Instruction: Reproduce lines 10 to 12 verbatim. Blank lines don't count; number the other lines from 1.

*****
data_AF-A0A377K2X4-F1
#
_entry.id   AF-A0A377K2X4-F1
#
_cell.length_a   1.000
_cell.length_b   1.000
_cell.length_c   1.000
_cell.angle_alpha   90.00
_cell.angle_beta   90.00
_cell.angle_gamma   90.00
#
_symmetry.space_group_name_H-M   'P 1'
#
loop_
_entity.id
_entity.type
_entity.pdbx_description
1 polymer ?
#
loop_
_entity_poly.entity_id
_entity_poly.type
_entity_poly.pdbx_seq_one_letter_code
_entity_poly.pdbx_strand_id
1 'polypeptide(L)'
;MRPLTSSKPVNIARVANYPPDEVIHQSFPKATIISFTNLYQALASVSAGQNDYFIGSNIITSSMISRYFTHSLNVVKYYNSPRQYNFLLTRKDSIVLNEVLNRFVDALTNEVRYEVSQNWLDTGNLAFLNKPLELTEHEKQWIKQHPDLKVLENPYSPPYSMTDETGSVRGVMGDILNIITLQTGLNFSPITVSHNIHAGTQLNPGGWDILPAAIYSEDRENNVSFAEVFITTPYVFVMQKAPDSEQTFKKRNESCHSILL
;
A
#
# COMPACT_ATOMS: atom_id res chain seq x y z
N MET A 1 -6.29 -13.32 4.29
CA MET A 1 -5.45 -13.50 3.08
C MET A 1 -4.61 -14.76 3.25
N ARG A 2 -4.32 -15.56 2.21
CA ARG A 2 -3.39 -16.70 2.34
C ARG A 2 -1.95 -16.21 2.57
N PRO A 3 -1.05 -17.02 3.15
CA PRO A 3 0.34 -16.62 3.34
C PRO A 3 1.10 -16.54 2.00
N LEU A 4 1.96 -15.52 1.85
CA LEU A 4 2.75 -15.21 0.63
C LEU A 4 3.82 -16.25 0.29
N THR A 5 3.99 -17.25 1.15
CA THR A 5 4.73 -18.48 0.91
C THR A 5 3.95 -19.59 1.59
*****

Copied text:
_cell.angle_gamma   90.00
#
_symmetry.space_group_name_H-M   'P 1'